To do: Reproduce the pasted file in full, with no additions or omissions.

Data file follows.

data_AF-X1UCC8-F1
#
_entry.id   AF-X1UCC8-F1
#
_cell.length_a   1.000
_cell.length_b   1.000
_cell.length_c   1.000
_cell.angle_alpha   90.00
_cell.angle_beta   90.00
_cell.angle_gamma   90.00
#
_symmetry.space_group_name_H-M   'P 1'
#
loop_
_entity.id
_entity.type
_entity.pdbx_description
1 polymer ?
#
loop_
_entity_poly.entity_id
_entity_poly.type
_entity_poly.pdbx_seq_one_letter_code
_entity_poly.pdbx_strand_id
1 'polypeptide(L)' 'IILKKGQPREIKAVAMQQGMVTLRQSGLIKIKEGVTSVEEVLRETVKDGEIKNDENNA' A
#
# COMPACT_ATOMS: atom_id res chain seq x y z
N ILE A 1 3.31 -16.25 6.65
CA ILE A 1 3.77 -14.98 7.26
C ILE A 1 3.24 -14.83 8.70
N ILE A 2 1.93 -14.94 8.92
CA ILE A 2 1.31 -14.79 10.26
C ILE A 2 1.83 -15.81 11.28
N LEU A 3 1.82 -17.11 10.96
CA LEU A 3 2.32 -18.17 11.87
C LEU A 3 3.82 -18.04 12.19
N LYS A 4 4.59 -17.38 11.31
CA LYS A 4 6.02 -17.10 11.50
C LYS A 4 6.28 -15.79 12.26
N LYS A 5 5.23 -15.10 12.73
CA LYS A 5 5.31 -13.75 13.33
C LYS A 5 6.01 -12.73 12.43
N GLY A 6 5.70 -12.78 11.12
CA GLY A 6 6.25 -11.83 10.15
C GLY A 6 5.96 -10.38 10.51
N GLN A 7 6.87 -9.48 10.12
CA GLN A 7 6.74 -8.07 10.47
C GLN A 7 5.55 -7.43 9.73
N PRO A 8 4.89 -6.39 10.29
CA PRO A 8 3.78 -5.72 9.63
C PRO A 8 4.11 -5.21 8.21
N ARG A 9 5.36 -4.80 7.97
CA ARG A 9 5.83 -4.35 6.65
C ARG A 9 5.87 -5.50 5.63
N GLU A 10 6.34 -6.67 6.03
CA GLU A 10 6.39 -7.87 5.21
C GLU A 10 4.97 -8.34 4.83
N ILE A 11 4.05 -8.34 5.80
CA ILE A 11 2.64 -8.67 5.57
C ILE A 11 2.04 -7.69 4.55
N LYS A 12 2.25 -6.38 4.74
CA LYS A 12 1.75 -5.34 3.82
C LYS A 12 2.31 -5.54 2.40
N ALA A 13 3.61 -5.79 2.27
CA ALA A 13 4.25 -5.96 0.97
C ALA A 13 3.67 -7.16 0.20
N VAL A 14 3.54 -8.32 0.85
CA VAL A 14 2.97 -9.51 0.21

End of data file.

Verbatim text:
data_AF-X1UCC8-F1
#
_entry.id   AF-X1UCC8-F1
#
_cell.length_a   1.000
_cell.length_b   1.000
_cell.length_c   1.000
_cell.angle_alpha   90.00
_cell.angle_beta   90.00
_cell.angle_gamma   90.00
#
_symmetry.space_group_name_H-M   'P 1'
#
loop_
_entity.id
_entity.type
_entity.pdbx_description
1 polymer ?
#
loop_
_entity_poly.entity_id
_entity_poly.type
_entity_poly.pdbx_seq_one_letter_code
_entity_poly.pdbx_strand_id
1 'polypeptide(L)' 'IILKKGQPREIKAVAMQQGMVTLRQSGLIKIKEGVTSVEEVLRETVKDGEIKNDENNA' A
#
# COMPACT_ATOMS: atom_id res chain seq x y z
N ILE A 1 3.31 -16.25 6.65
CA ILE A 1 3.77 -14.98 7.26
C ILE A 1 3.24 -14.83 8.70
N ILE A 2 1.93 -14.94 8.92
CA ILE A 2 1.31 -14.79 10.26
C ILE A 2 1.83 -15.81 11.28
N LEU A 3 1.82 -17.11 10.96
CA LEU A 3 2.32 -18.17 11.87
C LEU A 3 3.82 -18.04 12.19
N LYS A 4 4.59 -17.38 11.31
CA LYS A 4 6.02 -17.10 11.50
C LYS A 4 6.28 -15.79 12.26
N LYS A 5 5.23 -15.10 12.73
CA LYS A 5 5.31 -13.75 13.33
C LYS A 5 6.01 -12.73 12.43
N GLY A 6 5.70 -12.78 11.12
CA GLY A 6 6.25 -11.83 10.15
C GLY A 6 5.96 -10.38 10.51
N GLN A 7 6.87 -9.48 10.12
CA GLN A 7 6.74 -8.07 10.47
C GLN A 7 5.55 -7.43 9.73
N PRO A 8 4.89 -6.39 10.29
CA PRO A 8 3.78 -5.72 9.63
C PRO A 8 4.11 -5.21 8.21
N ARG A 9 5.36 -4.80 7.97
CA ARG A 9 5.83 -4.35 6.65
C ARG A 9 5.87 -5.50 5.63
N GLU A 10 6.34 -6.67 6.03
CA GLU A 10 6.39 -7.87 5.21
C GLU A 10 4.97 -8.34 4.83
N ILE A 11 4.05 -8.34 5.80
CA ILE A 11 2.64 -8.67 5.57
C ILE A 11 2.04 -7.69 4.55
N LYS A 12 2.25 -6.38 4.74
CA LYS A 12 1.75 -5.34 3.82
C LYS A 12 2.31 -5.54 2.40
N ALA A 13 3.61 -5.79 2.27
CA ALA A 13 4.25 -5.96 0.97
C ALA A 13 3.67 -7.16 0.20
N VAL A 14 3.54 -8.32 0.85
CA VAL A 14 2.97 -9.51 0.21